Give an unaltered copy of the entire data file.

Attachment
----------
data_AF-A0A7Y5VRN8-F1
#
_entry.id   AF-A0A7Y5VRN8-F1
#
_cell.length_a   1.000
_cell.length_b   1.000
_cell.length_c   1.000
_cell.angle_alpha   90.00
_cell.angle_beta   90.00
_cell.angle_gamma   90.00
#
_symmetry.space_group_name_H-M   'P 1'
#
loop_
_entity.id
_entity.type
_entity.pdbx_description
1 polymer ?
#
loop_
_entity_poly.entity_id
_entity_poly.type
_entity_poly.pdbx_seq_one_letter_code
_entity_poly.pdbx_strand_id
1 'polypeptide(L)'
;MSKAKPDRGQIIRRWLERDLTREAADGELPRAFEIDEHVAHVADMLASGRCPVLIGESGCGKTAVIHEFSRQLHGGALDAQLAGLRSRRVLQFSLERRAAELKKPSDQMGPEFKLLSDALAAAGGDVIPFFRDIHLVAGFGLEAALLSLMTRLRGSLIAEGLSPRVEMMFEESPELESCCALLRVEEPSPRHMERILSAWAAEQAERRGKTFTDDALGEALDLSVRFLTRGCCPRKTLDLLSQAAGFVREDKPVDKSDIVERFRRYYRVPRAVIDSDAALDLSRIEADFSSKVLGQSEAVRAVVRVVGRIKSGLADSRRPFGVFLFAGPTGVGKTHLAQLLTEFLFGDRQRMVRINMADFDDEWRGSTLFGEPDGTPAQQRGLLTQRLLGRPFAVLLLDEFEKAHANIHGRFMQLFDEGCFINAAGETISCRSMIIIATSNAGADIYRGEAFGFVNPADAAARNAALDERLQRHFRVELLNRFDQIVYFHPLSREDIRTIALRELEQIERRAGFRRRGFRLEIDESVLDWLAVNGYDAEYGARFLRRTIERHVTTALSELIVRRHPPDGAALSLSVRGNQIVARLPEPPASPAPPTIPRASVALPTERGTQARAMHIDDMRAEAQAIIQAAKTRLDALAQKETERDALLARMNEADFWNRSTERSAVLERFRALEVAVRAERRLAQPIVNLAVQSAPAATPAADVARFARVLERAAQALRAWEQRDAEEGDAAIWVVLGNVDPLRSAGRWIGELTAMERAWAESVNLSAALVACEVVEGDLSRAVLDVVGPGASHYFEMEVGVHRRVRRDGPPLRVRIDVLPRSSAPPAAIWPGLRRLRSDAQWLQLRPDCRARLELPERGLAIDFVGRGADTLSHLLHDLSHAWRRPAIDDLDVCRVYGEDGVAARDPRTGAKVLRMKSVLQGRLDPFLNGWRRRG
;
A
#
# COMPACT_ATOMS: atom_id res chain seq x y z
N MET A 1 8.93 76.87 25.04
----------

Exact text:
data_AF-A0A7Y5VRN8-F1
#
_entry.id   AF-A0A7Y5VRN8-F1
#
_cell.length_a   1.000
_cell.length_b   1.000
_cell.length_c   1.000
_cell.angle_alpha   90.00
_cell.angle_beta   90.00
_cell.angle_gamma   90.00
#
_symmetry.space_group_name_H-M   'P 1'
#
loop_
_entity.id
_entity.type
_entity.pdbx_description
1 polymer ?
#
loop_
_entity_poly.entity_id
_entity_poly.type
_entity_poly.pdbx_seq_one_letter_code
_entity_poly.pdbx_strand_id
1 'polypeptide(L)'
;MSKAKPDRGQIIRRWLERDLTREAADGELPRAFEIDEHVAHVADMLASGRCPVLIGESGCGKTAVIHEFSRQLHGGALDAQLAGLRSRRVLQFSLERRAAELKKPSDQMGPEFKLLSDALAAAGGDVIPFFRDIHLVAGFGLEAALLSLMTRLRGSLIAEGLSPRVEMMFEESPELESCCALLRVEEPSPRHMERILSAWAAEQAERRGKTFTDDALGEALDLSVRFLTRGCCPRKTLDLLSQAAGFVREDKPVDKSDIVERFRRYYRVPRAVIDSDAALDLSRIEADFSSKVLGQSEAVRAVVRVVGRIKSGLADSRRPFGVFLFAGPTGVGKTHLAQLLTEFLFGDRQRMVRINMADFDDEWRGSTLFGEPDGTPAQQRGLLTQRLLGRPFAVLLLDEFEKAHANIHGRFMQLFDEGCFINAAGETISCRSMIIIATSNAGADIYRGEAFGFVNPADAAARNAALDERLQRHFRVELLNRFDQIVYFHPLSREDIRTIALRELEQIERRAGFRRRGFRLEIDESVLDWLAVNGYDAEYGARFLRRTIERHVTTALSELIVRRHPPDGAALSLSVRGNQIVARLPEPPASPAPPTIPRASVALPTERGTQARAMHIDDMRAEAQAIIQAAKTRLDALAQKETERDALLARMNEADFWNRSTERSAVLERFRALEVAVRAERRLAQPIVNLAVQSAPAATPAADVARFARVLERAAQALRAWEQRDAEEGDAAIWVVLGNVDPLRSAGRWIGELTAMERAWAESVNLSAALVACEVVEGDLSRAVLDVVGPGASHYFEMEVGVHRRVRRDGPPLRVRIDVLPRSSAPPAAIWPGLRRLRSDAQWLQLRPDCRARLELPERGLAIDFVGRGADTLSHLLHDLSHAWRRPAIDDLDVCRVYGEDGVAARDPRTGAKVLRMKSVLQGRLDPFLNGWRRRG
;
A
#
# COMPACT_ATOMS: atom_id res chain seq x y z
N MET A 1 8.93 76.87 25.04